Where does come from?
First, some history:
The female sign goes back to at least 5 BCE, used by Greek astrologers and alchemists to represent Venus (the planet and goddess of love). In the mid-1700s, Swedish naturalist Carl Linnaeus—the guy who gave us all those Latin names in science, or binomial nomenclature—had the idea to use the female sign to mark the female sex in plant genetics. That convention spread to medicine and other fields, notably adopted by feminists in the 1970s.
The female sign emoji was approved by Unicode in 1993, becoming widespread under Unicode 6.0 in 2010. On several platforms such as Twitter, the emoji shows the female sign in white on a—yup—pink background. Since 2010, Unicode has been offering female versions of emoji people whose defaults were, of course, men (e.g., female and male firefighters).
On older devices that don’t support the upgrades, the female sign emoji may appear next to the generic forms to indicate “woman,” (e.g., the merperson emoji plus the female sign emoji may pop up on screens that can’t show the mermaid emoji.
Who uses ?
Very often online, the female sign emoji simply displays after another emoji character because the full-fledged woman emoji isn’t supported on the platform. In some instances, this may appear redundant because the default emoji person is already a woman.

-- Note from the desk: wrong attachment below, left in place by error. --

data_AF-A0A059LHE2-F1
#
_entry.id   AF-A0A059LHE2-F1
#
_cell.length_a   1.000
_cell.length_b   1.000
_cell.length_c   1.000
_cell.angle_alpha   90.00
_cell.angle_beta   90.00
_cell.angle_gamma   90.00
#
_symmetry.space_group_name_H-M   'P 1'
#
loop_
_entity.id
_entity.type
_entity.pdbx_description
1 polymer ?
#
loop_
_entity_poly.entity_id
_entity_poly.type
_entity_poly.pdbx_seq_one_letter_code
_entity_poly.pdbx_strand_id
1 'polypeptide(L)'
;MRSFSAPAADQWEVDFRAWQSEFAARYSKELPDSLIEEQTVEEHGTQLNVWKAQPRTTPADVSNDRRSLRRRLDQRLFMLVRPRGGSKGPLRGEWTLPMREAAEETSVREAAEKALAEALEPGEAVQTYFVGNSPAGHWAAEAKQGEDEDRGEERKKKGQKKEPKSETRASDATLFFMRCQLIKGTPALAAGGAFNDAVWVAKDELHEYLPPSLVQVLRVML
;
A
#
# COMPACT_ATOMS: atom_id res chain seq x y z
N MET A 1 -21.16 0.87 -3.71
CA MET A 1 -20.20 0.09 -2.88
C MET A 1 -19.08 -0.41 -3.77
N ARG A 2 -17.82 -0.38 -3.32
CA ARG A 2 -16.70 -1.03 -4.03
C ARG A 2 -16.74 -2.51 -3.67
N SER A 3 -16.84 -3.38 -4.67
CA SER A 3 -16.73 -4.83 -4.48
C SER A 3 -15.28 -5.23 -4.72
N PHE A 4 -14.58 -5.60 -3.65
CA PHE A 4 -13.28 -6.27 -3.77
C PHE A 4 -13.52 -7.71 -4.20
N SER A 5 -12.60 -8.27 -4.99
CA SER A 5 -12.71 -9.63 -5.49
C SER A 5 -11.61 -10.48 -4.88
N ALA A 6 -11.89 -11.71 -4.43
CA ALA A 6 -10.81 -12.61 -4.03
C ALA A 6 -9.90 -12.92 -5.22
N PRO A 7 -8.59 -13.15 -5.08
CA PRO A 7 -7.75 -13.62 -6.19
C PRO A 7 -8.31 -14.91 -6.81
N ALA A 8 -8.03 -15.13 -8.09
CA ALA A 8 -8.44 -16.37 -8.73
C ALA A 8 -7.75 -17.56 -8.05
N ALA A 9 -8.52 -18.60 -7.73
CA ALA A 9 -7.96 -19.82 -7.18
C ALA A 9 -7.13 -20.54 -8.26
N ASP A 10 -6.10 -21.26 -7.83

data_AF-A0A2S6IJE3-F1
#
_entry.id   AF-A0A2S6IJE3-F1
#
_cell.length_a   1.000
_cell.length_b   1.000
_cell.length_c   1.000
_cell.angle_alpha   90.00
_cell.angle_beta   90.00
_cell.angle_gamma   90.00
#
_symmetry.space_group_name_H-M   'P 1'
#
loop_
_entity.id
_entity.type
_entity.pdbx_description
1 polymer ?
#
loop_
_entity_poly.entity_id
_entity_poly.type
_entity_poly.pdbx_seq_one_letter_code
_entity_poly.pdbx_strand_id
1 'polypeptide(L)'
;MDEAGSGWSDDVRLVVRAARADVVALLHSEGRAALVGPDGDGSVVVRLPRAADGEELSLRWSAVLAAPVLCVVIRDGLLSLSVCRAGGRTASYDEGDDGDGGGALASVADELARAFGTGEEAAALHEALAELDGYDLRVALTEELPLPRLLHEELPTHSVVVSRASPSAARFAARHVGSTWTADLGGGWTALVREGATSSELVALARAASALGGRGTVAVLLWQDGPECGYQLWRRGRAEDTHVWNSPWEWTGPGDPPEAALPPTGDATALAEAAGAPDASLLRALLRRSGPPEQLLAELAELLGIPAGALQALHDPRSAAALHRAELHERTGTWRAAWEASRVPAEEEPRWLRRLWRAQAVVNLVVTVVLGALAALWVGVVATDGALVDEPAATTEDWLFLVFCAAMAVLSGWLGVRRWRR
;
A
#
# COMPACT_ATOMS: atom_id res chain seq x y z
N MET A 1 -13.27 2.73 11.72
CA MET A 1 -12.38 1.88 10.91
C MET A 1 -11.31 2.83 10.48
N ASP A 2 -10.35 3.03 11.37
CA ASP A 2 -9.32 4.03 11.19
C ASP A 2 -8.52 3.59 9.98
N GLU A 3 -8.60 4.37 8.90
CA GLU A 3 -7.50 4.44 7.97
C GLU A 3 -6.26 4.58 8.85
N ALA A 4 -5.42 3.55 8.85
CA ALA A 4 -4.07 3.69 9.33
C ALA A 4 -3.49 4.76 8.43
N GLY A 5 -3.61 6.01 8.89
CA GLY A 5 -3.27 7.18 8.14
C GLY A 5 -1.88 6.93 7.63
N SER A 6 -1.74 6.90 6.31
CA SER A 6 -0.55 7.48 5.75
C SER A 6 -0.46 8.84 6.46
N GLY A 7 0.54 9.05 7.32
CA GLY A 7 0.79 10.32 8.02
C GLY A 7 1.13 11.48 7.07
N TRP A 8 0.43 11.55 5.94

On Twitter, for example, it’s very common to see the female sign emoji after the person facepalming, person raising hand, person shrugging, or person gesturing no emoji, as actress Gal Godot did when tweeting about her Wonder Woman role:
Thank you @MTV for nominating Wonder Woman for Best Movie, Best Hero, and Best Fight! We are so grateful for all the love the film continues to receive and so so excited for what we are planning for you guys in WW’s next adventure.. 💃🏻🙅🏻♀️🙏 #wonderwoman pic.twitter.com/WgnddOqrca
— Gal Gadot (@GalGadot) May 3, 2018
When used alone, the female sign emoji may mark content expressing feminine pride and feminist solidarity, notably used in the January, 2017 Women’s Marches around the world and in the wake of the #MeToo movement exposing sexual violence and assault against women.